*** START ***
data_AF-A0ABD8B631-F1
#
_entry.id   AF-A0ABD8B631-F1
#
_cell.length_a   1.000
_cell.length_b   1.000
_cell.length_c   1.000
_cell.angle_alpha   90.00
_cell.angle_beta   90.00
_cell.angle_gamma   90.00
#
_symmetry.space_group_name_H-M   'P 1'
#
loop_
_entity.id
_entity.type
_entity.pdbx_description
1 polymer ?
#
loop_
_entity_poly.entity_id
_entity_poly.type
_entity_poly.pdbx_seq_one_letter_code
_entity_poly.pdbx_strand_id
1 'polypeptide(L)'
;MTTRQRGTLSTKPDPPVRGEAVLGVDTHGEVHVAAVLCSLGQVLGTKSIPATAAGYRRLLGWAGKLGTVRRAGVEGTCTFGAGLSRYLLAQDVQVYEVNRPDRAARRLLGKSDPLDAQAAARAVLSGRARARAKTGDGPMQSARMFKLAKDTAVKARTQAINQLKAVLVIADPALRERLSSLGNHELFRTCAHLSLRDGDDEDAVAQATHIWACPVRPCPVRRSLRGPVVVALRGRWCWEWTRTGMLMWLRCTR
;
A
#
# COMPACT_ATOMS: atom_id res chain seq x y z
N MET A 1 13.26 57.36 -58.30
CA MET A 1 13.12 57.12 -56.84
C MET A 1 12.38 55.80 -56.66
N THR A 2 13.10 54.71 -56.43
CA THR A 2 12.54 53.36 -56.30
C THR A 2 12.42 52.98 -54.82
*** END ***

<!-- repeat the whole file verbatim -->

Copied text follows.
data_AF-A0ABD8B631-F1
#
_entry.id   AF-A0ABD8B631-F1
#
_cell.length_a   1.000
_cell.length_b   1.000
_cell.length_c   1.000
_cell.angle_alpha   90.00
_cell.angle_beta   90.00
_cell.angle_gamma   90.00
#
_symmetry.space_group_name_H-M   'P 1'
#
loop_
_entity.id
_entity.type
_entity.pdbx_description
1 polymer ?
#
loop_
_entity_poly.entity_id
_entity_poly.type
_entity_poly.pdbx_seq_one_letter_code
_entity_poly.pdbx_strand_id
1 'polypeptide(L)'
;MTTRQRGTLSTKPDPPVRGEAVLGVDTHGEVHVAAVLCSLGQVLGTKSIPATAAGYRRLLGWAGKLGTVRRAGVEGTCTFGAGLSRYLLAQDVQVYEVNRPDRAARRLLGKSDPLDAQAAARAVLSGRARARAKTGDGPMQSARMFKLAKDTAVKARTQAINQLKAVLVIADPALRERLSSLGNHELFRTCAHLSLRDGDDEDAVAQATHIWACPVRPCPVRRSLRGPVVVALRGRWCWEWTRTGMLMWLRCTR
;
A
#
# COMPACT_ATOMS: atom_id res chain seq x y z
N MET A 1 13.26 57.36 -58.30
CA MET A 1 13.12 57.12 -56.84
C MET A 1 12.38 55.80 -56.66
N THR A 2 13.10 54.71 -56.43
CA THR A 2 12.54 53.36 -56.30
C THR A 2 12.42 52.98 -54.82